Hurricane Nate and All It's Exploitation

It is nearly a week after Hurricane Nate was supposed to hit New Orleans. Nate was rated as a category two hurricane and yet the bosses and city officials still forced their workers to come into work. Thankfully, nothing came about and everyone was safe. The city imposed a curfew and threatened to arrest those who stayed out past the curfew. Officials were not threatening tourists with arrest as they assured them that New Orleans was here to take care of the 40,000 tourists who remained.

What they meant by “New Orleans” was the 88,000 restaurant and hotel workers who allow this city to be the 7th most visited destination in the world. City officials called for workers to “make proper arrangements” as there would be no public transit and no taxis.  We were expected to be at work, but had no means of getting there and back. City officials not only put our lives in danger, but also our family members were also put at risk, as they were the ones responsible for driving their loved ones there and back. If Hurricane Nate had hit, many would have lost their vehicles and would have received no compensation from the city.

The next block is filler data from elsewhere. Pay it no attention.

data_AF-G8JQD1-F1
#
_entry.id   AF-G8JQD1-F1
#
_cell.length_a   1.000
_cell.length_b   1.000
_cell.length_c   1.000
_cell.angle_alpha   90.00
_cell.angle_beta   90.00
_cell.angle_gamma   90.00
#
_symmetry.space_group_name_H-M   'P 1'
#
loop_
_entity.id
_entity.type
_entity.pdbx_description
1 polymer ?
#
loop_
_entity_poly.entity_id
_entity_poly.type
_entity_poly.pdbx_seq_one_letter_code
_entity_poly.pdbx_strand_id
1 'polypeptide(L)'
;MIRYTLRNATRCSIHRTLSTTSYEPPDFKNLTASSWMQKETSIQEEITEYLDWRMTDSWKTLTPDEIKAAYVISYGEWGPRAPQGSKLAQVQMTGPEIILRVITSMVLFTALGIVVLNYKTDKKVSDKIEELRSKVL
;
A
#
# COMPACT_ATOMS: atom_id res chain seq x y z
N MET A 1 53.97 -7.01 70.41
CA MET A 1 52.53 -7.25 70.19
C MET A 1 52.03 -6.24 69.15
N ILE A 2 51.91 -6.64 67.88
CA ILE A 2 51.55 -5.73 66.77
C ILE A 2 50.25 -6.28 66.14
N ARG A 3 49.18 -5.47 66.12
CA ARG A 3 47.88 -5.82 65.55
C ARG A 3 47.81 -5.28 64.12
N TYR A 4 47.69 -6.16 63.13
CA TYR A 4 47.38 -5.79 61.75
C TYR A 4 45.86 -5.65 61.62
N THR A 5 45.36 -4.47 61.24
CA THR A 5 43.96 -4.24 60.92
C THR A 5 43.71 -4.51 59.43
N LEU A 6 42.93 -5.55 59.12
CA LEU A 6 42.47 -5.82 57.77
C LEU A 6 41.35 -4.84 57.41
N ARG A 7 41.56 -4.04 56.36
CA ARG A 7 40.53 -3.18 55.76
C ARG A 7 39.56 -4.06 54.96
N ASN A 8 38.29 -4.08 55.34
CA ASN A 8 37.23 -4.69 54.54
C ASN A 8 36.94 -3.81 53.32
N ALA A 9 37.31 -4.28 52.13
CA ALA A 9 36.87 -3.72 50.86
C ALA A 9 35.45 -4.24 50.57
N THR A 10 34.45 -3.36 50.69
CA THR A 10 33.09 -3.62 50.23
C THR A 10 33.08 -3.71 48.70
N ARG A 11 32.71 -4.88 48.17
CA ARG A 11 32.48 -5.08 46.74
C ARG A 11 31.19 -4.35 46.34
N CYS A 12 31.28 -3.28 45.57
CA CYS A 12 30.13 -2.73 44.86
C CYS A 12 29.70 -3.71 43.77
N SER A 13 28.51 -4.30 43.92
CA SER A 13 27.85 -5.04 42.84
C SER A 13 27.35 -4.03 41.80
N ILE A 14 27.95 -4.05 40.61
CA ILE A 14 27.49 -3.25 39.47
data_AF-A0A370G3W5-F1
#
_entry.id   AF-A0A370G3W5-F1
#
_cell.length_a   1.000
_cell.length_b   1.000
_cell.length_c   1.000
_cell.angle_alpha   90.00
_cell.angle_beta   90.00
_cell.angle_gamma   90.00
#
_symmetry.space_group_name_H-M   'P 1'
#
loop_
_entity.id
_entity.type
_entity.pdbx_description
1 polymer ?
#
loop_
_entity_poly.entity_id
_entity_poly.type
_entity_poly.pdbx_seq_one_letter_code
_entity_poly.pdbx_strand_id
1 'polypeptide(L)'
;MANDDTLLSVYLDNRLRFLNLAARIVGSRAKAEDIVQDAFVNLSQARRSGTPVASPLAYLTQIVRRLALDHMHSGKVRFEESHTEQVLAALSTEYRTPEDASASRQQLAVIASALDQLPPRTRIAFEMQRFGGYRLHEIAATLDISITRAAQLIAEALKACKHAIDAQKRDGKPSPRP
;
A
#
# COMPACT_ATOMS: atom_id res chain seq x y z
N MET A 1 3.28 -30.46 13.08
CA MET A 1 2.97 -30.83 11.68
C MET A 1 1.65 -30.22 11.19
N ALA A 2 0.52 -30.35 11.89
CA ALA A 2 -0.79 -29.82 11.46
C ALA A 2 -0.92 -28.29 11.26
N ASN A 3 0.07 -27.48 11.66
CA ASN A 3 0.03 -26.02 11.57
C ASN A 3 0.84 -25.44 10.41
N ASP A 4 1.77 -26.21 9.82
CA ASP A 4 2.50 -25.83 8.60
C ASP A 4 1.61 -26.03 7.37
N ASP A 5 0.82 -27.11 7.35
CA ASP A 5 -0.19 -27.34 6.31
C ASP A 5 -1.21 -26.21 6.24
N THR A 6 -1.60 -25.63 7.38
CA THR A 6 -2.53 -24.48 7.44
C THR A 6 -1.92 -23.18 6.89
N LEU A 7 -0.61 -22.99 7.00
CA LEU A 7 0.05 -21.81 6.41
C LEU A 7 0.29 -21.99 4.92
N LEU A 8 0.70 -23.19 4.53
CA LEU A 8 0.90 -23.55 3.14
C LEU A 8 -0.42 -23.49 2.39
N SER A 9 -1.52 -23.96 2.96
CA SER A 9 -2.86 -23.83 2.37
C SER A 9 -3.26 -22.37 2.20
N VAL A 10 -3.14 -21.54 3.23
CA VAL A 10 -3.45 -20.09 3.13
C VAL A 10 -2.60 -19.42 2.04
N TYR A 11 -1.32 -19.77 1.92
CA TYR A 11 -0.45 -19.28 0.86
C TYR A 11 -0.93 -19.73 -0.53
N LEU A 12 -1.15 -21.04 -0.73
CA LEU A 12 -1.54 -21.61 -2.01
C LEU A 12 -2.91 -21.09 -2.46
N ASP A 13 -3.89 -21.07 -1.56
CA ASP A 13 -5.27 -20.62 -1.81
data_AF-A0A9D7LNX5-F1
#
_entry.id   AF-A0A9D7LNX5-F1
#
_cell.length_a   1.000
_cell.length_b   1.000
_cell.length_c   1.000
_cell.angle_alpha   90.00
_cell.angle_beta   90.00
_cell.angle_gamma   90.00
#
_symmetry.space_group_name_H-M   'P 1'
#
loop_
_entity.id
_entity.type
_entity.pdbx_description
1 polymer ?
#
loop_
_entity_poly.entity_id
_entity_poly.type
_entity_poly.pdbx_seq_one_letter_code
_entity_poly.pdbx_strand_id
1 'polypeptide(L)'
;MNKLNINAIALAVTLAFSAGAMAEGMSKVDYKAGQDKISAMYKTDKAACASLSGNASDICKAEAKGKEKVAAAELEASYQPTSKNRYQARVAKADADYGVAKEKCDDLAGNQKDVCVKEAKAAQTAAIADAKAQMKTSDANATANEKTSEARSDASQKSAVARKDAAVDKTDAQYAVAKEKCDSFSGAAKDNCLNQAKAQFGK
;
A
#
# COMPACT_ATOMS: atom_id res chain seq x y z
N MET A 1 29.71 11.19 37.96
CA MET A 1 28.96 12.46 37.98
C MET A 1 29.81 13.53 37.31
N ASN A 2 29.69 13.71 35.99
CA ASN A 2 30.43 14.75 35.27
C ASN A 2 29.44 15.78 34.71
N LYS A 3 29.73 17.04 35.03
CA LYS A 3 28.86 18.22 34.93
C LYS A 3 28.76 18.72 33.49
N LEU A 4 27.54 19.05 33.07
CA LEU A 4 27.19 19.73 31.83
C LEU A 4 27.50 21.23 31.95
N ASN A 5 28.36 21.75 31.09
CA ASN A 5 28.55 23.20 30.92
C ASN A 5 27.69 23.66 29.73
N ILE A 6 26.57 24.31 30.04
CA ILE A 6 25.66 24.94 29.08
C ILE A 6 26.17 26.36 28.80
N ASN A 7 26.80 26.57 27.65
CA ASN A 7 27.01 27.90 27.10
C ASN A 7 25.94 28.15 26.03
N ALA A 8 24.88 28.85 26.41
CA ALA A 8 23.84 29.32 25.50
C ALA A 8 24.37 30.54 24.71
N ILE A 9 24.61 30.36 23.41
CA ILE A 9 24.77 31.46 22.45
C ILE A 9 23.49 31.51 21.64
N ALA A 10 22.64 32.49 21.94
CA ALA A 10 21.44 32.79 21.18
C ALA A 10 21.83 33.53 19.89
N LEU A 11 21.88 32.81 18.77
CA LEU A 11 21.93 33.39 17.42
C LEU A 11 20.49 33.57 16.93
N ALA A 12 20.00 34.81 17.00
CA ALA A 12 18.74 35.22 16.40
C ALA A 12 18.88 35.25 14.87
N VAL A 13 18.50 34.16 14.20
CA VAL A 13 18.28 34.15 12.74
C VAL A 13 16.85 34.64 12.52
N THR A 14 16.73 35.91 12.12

If we are scheduled for a shift then how can we evacuate? Evacuating and missing a shift will likely end in termination. There are many folks who say, “Well, just get a different job.” The tourism industry is New Orleans biggest industry and many are unable to get a different type of job. More importantly, the entire state of Louisiana relies on New Orleans’ tourism economy and our economy would intensely suffer without our labor.

But while we have to accept stagnant meager wages, we have to constantly accommodate for New Orleans' rising cost of living, making us barely get by living from paycheck to paycheck. A natural disaster such as this can be completely devastating to one’s livelihood. Missing out on weekend shifts cuts heavily into one’s paycheck and many workers are facing the financial consequences of Hurricane Nate. Front of house workers would have been making $2.13 an hour and back of house workers would be making a measly hourly amount somewhere between $7.25 and $13 during this natural disaster. The New Orleans hospitality industry generated a total of $7.4 billion dollars last year and restaurant and hotel owners can definitely afford to issue Natural Disaster Pay for situations like this. Owners should close their restaurants and hotels when hurricanes come to town and they should pay workers who were scheduled to work.

We are constantly being exploited and when a natural disaster hits this exploitation is much more intense. There could have been many tragedies and losses if Hurricane Nate had hit and restaurant and hotel owners along with city officials who allowed for their opening would have been to blame.